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The Steelers finished an atypical season in atypical way. The Browns dominated them in yardage totals, but the Steelers won because they did not turn the ball over and forced four Browns turnovers.
That’s a play we’ve seen much of the season only reversed. The Steelers finished with a minus-10 in turnover differential. Bill Cowher used to have a chart on his team meeting room at old Three Rivers Stadium. It listed the various areas in a game that were important for the Steelers in order to win. Right at the top was turnover differential.
That statistic is a better judge than any whether a team wins or loses -- not yards, not sacks, not penalties. The fact the Steelers lost 10 more turnovers than they recovered only means it was a small miracle they were able to finish 8-8 and not 6-10 or something along those lines.
One reason may be eight of those lost turnovers came in one game, at Cleveland in November.
So, they can celebrate their No. 1 finish as a defense in the fewest yards allowed category, but it rings hollow because that defense that used to savage opponents with its forced turnovers no longer does. They did finish with a flourish with seven in their final two games, but getting just 13 in their first 14 games doomed them.
Onto some stuff:
--- We will get into some of the will-they-stay or will-they-go analysis this week, but Max Starks spoke as if he would not be back and James Harrison seemed surprised at the question, saying he was signed for two more years and expected to return.
“I work here,’’ Harrison said. “So I’ll wait until OTAs roll back around and get out there. Whovever we’ve got, we’re going to hit the ground running.’’
--- All that fighting between the Steelers and Browns was started when Browns defensive tackle Phil Taylor hit rookie offensive lineman Kelvin Beechum away from a play, giving him a concussion.
Said Starks, “Had Phil Taylor not cheap-shotted Kelvin Beachum, we wouldn’t have had that problem. But he blatantly blindsided him, caused him a concussion and sent him out of the game, blatantly late after a play. That’s something we don’t put up with, we don’t tolerate. Those guys knew they were in for a war because you don’t piss off a grizzly bear.”
--- Lawrence Timmons is the first inside linebacker to lead the Steelers in sacks since they began recording them in 1972. He and James Harrison each finished with six.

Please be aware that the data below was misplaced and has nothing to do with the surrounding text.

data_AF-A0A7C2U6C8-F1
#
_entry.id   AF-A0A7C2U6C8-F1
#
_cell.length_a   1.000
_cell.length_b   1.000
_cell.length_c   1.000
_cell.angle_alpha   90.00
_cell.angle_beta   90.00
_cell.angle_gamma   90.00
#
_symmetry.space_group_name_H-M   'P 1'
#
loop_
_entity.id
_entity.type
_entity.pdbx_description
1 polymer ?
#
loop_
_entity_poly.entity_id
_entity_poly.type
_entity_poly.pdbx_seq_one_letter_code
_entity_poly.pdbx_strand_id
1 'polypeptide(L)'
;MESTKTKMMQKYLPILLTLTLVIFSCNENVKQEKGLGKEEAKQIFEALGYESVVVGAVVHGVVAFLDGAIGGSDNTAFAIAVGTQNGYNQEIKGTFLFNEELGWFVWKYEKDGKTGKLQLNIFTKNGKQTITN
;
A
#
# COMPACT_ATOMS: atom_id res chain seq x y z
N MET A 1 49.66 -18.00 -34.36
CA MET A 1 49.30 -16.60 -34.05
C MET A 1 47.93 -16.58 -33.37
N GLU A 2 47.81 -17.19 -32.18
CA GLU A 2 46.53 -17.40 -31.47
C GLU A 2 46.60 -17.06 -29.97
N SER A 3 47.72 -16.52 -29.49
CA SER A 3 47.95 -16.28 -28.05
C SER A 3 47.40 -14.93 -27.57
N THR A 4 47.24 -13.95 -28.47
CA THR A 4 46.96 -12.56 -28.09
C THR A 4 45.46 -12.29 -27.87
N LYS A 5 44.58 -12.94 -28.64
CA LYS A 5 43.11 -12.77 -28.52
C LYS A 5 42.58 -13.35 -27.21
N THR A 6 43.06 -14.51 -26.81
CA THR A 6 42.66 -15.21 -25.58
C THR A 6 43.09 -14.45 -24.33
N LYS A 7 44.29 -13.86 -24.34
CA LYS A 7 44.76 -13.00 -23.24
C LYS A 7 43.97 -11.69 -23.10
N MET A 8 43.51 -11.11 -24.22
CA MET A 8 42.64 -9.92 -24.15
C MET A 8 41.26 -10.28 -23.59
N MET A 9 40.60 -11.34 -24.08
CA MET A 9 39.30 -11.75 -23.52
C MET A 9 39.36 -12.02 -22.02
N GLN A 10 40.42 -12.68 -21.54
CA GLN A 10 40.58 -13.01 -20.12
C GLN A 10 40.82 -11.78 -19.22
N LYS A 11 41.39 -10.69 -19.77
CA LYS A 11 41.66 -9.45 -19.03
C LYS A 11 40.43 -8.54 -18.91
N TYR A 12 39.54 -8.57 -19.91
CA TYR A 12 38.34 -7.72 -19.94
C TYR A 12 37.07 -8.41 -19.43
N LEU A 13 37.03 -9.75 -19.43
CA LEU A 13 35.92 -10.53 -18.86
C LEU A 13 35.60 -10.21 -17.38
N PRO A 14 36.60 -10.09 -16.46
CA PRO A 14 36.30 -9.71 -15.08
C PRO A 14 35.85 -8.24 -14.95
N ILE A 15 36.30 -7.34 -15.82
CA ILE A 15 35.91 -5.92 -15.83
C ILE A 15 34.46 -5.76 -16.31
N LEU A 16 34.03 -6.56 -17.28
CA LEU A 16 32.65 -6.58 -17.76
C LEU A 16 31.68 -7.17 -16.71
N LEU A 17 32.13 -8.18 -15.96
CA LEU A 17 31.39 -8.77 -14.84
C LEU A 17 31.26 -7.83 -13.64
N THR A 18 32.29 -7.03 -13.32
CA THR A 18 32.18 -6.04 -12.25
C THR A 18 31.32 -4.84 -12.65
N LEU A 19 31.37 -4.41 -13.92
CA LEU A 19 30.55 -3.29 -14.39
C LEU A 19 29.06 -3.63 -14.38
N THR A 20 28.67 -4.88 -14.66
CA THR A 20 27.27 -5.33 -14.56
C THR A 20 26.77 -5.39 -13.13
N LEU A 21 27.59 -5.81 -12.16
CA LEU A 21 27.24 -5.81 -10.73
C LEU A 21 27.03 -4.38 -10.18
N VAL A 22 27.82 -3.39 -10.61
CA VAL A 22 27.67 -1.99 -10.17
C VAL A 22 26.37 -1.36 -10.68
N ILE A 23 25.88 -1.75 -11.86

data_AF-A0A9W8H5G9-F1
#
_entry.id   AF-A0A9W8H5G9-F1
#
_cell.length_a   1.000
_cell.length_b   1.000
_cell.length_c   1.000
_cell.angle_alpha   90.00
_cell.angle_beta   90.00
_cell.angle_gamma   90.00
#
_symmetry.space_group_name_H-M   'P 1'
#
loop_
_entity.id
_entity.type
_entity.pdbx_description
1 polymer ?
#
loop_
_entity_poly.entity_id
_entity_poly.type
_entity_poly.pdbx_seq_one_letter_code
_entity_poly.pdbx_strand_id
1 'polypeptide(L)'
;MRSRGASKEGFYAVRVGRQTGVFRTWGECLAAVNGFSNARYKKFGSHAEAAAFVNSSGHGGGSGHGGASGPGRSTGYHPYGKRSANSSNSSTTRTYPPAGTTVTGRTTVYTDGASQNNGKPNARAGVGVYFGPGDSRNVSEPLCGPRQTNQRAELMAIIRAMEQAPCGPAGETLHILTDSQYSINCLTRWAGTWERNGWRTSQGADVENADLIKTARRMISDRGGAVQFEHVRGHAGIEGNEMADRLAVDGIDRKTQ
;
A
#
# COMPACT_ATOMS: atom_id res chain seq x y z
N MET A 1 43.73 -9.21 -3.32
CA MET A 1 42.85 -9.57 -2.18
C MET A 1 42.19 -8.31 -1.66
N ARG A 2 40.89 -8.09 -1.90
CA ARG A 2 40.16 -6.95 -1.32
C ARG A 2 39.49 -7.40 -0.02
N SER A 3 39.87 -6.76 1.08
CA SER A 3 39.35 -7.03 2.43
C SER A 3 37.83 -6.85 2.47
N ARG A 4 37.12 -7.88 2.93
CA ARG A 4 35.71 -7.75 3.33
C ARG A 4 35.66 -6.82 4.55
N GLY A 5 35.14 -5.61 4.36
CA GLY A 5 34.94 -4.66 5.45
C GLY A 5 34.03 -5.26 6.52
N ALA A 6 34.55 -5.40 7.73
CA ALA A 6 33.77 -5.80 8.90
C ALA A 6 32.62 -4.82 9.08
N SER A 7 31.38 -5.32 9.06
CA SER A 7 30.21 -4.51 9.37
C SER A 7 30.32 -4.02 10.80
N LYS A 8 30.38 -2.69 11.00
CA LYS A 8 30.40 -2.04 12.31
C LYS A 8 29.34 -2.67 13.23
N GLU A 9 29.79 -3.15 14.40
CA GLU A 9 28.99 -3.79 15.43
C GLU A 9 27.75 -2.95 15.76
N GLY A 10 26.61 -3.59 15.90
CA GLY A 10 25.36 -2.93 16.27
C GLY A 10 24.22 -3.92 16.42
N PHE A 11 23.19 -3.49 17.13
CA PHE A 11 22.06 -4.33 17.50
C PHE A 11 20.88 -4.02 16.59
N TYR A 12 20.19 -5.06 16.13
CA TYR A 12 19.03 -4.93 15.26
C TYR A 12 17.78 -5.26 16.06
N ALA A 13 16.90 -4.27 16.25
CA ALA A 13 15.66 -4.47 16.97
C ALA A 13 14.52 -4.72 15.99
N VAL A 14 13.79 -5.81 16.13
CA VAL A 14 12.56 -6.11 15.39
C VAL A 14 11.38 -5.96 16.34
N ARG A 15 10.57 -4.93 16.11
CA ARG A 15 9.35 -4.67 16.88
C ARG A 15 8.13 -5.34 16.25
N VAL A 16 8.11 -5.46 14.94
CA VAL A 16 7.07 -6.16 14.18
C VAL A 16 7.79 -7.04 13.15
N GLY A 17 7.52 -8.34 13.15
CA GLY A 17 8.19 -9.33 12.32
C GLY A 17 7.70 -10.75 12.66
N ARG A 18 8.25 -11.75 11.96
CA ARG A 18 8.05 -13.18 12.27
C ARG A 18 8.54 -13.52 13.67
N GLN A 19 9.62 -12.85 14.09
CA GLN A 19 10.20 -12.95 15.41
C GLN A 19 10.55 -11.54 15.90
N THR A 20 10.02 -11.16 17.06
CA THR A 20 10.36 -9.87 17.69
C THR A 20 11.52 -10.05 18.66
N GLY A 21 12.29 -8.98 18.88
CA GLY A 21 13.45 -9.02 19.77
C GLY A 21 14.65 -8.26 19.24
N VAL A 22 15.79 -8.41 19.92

--- Heath Miller is the first tight end to lead the Steelers in receptions with 71 since Eric Green caught 63 in 1993.
--- Jonathan Dwyer’s 52 yards rushing gave him 623, the lowest total to lead the team since Merril Hoge ran for 610 in 1991.
--- Timmons led the team in sacks, interceptions (three) and tackles (official total will come later this week).
--- Ben Roethlisberger ran his record to 14-1 against Cleveland, 7-0 at home.
--- Despite missing three games, Roethlisberger’s 26 touchdowns are tied for third in team history. He holds the record at 32 in 2007, Terry Bradshaw had 28 in 1978 and Roethlisberger also threw for 26 in 2009 (in 15 games) and Bradshaw 26 in 1979 (in 16 games).
--- The Steelers ran their record to 145-2-1 in the regular season when leading by more than 10 points at any point in a game since 1992, Bill Cowher’s first season as coach.
--- Phil Dawson’s 51-yard field goal tied for the second-longest at
Heinz Field, one yard off Jeff Reed’s record 52-yarder in 2010. Dawson is tied with two others for the longest by an opponent. It was Dawson’s seventh this season from 50 or longer.
--- Several times Ben Roethlisberger said his goal was to get healed up, and he also noted he probably wasn’t healthy enough to play in a Pro Bowl even if chosen.
--- Mike Tomlin, asked how Roethlisberger was feeling, answered with one word: “Fine.’’
--- Two successful fake punts in one season should be one too many.
--- More in the morning. I’ll also be on 93.7 The Fan at 8 a.m.
--- Remember, chat Wednesday, 1:30.
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